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Skeletal muscle is the most abundant tissue in the human body and also one of the most adaptable. Vigorous training with weights can double or triple a muscle’s size, whereas disuse, as in space travel, can shrink it by 20 percent in two weeks. The many biochanical and biochemical phenomena behind these adaptations are enormously complex, but decades of research have built up a reasonably complete picture of how muscles respond to athletic training.

What most people think of, as a muscle is actually a bundle of cells, also known as fibers, kept together by collagen tissue. A single fiber of skeletal muscle consists of a membrane, many scattered nuclei that contain the genes and lie just under the membrane along the length of the fiber, and thousands of inner strands called myofibrils that constitute the cytoplasm of the cell. The largest and longest human muscle fibers are up to 30 centimeters long and 0.05 to 0.15 millimeter wide and contain several thousand nuclei.

Filling the inside of a muscle fiber, the myofibrils are the same length as the fiber and are the part that causes the cell to contract forcefully in response to nerve impulses. Motor nerve cells, or neurons, extend from the spinal cord to a group of fibers, making up a motor unit. In leg muscles, a motor neuron controls, or “innervates,” several hundred to 1,000 or more muscle fibers. Where extreme precision is needed, for example, to control a finger, an eyeball or the larynx, one motor neuron controls only one or at most a few muscle fibers.

The actual contraction of a myofibril is accomplished by its tiny component units, which are called sarcomeres and are linked end to end to make up a myofibril. Within each sarcomere are two filamentary proteins, known as myosin and actin, whose interaction causes the contraction. Basically, during contraction a sarcomere shortens like a collapsing telescope, as the actin filaments at each end of a central myosin filament slide toward the myosin’s center.

One component of the myosin molecule, the so-called heavy chain, determines the functional characteristics of the muscle fiber. In an adult, this heavy chain exists in three different varieties, known as isoforms. These isoforms are designated I, 2a and 2x, as are the fibers that contain them. Type I fibers are also known as slow fibers; type 2a and 2x are referred to as fast fibers. The fibers are called slow and fast for good reason: the maximum contraction velocity of a single type I fiber is approximately one tenth that of a type 2x fiber. The velocity of type 2a fibers is somewhere between those of type I and type 2x. The differing contraction speeds of the fibers is a result of differences in the way the fibers break down a molecule called adenosine triphosphate in the myosin heavy chain region to derive the energy needed for contraction. Slow fibers rely more on relatively efficient aerobic metabolism, whereas the fast fibers depend more on anaerobic metabolism. Thus, slow fibers are important for endurance activities and sports such as long-distance running, cycling and swimming, whereas fast fibers are key to power pursuits such as weight lifting and sprinting.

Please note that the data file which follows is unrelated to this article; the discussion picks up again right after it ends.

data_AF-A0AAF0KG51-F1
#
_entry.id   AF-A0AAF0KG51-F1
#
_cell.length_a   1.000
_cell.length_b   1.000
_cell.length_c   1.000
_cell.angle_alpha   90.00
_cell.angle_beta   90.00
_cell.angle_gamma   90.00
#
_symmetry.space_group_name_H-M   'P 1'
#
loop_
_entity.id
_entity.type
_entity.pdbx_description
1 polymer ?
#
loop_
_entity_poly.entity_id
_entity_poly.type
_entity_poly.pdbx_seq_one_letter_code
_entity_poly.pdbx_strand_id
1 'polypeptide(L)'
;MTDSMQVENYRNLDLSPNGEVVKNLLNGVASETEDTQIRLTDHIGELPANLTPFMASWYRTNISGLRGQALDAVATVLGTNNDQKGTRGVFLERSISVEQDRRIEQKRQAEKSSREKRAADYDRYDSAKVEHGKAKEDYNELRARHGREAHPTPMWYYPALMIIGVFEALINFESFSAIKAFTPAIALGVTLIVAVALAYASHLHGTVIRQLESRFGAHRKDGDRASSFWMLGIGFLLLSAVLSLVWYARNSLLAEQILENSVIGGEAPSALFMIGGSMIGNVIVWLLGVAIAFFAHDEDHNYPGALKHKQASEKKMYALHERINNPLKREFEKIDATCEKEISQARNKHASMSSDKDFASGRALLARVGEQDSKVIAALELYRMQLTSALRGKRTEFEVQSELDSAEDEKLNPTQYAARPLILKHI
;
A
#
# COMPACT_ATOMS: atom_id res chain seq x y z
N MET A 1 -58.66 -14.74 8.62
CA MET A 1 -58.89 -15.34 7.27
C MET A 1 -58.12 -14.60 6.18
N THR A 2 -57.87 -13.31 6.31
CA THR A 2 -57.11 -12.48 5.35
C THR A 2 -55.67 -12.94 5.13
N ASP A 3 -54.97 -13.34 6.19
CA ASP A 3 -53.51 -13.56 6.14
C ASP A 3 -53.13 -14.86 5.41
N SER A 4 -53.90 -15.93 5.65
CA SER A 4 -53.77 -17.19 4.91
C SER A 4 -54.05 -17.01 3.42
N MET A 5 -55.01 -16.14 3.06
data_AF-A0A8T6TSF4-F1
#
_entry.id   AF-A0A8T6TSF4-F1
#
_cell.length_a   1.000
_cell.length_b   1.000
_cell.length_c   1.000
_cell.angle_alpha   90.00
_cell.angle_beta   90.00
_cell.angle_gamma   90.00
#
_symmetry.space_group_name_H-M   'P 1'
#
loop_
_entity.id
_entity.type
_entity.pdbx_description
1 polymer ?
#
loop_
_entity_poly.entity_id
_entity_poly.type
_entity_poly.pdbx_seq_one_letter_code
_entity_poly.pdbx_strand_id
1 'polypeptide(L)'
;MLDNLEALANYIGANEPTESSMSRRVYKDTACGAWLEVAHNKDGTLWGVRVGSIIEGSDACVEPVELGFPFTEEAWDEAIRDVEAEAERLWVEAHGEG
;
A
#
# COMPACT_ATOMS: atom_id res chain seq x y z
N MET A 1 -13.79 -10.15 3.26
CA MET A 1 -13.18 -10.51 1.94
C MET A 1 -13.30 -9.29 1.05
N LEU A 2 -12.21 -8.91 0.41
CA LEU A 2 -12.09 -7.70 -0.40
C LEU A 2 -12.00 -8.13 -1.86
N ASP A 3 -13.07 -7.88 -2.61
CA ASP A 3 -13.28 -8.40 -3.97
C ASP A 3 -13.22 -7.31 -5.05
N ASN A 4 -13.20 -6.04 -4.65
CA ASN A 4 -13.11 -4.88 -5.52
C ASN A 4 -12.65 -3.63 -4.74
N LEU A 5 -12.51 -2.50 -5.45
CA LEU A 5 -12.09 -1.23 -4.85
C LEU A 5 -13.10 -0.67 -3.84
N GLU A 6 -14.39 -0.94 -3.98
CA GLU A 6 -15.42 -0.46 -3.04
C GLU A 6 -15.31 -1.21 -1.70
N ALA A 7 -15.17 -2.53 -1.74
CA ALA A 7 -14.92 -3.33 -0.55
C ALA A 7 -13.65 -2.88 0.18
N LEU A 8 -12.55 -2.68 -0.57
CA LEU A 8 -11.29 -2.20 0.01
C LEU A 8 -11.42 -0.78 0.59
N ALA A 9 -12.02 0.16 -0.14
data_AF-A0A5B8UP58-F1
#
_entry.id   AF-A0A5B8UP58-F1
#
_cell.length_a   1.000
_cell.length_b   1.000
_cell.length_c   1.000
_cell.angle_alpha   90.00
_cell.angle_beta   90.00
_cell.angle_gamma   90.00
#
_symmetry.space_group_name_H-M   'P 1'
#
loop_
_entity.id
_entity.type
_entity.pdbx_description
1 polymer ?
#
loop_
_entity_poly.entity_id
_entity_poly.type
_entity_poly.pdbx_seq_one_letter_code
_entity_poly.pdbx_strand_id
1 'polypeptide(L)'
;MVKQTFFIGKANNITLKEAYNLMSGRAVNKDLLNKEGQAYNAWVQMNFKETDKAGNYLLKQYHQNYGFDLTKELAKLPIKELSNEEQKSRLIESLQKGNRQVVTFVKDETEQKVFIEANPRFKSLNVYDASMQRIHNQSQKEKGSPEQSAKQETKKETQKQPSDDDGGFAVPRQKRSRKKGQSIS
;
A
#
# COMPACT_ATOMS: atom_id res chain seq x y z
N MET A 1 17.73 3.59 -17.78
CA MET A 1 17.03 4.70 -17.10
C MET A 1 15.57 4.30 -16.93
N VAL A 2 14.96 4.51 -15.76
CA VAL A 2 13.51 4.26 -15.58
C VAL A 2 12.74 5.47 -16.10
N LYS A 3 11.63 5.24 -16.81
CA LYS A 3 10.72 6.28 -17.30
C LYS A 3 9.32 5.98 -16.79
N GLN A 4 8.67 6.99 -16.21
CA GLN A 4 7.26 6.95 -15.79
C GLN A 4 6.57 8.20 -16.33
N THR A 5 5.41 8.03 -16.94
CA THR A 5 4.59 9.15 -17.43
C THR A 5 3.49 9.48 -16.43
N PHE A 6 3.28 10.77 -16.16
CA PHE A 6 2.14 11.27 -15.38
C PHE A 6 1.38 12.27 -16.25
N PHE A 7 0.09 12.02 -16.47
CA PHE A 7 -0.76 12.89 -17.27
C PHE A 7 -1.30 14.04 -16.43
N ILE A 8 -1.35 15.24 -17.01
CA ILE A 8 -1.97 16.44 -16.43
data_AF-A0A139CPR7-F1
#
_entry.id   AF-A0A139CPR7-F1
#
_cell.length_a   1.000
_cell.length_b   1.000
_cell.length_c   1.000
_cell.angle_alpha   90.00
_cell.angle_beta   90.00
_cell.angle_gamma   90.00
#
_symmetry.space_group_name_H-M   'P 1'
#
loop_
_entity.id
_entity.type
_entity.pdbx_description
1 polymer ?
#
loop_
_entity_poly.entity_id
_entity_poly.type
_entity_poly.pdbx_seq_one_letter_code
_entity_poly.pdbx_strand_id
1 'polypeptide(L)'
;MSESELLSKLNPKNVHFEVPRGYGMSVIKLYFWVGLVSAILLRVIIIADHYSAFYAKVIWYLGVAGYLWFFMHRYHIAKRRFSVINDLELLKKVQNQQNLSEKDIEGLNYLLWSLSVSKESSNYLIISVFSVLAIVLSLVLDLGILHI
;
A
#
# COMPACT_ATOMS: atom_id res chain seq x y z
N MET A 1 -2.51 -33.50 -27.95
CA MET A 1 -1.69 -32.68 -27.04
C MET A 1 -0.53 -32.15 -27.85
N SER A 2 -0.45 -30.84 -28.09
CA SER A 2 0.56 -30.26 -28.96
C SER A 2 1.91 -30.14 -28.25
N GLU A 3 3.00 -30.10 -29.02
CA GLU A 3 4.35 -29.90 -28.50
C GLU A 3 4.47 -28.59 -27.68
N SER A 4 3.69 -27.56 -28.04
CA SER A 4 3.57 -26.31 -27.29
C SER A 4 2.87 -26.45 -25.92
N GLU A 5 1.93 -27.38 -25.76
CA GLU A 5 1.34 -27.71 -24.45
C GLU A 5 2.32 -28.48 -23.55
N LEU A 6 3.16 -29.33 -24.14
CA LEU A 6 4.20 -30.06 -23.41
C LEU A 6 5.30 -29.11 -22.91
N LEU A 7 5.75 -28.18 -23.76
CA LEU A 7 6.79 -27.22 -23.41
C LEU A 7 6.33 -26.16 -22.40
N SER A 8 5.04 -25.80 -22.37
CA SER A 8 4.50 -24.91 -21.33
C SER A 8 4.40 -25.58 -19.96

The “average” healthy adult has roughly equal numbers of slow and fast fibers in, say, the quadriceps muscle in the thigh. But as a species, humans show great variation in this regard; we have encountered people with a slow-fiber percentage as low as 19 percent and as high as 95 percent slow fibers could probably become an accomplished marathoner but would never get anywhere as a sprinter; the opposite would be true of a person with 19 percent slow fibers.

Besides the three distinct fiber types, there are hybrids containing two different myosin isoforms. The hybrid fibers fall in a continuum ranging from those almost totally dominated by, say, the slow isoform to fibers almost totally dominated by a fast one. In either case, as might be expected, the functional characteristics of the fiber are close to those of the dominant fiber type.

Myosin is an unusual and intriguing protein. Comparing myosin isoforms from different mammals, researchers have found remarkably little variation from species to species. The slow (type I) myosin found in a rat is much more similar to the slow isoform found in humans than it is to the rat’s own fast myosins. This fact suggests that selective evolutionary pressure has maintained functionally distinct myosin isoforms and that this pressure has basically preserved particular isoforms that came about over millions of years of evolution. These myosin types arose quite early in evolution-even the most ancient and primitive creatures had myosin isoforms not terribly different from ours.

Muscle fibers cannot split themselves to form completely new fibers. As people age, they lose muscle fibers, but they never gain new ones. So a muscle can become more massive only when its individual fibers become thicker.

What causes this thickening is the creation of additional myofibrils. The mechanical stresses that exercise exerts on tendons and other structures connected to the muscle trigger signaling proteins that activate genes that cause the muscle fibers to make more contractile proteins. These proteins, chiefly myosin and actin, are needed as the fiber produces great amounts of additional myofibrils.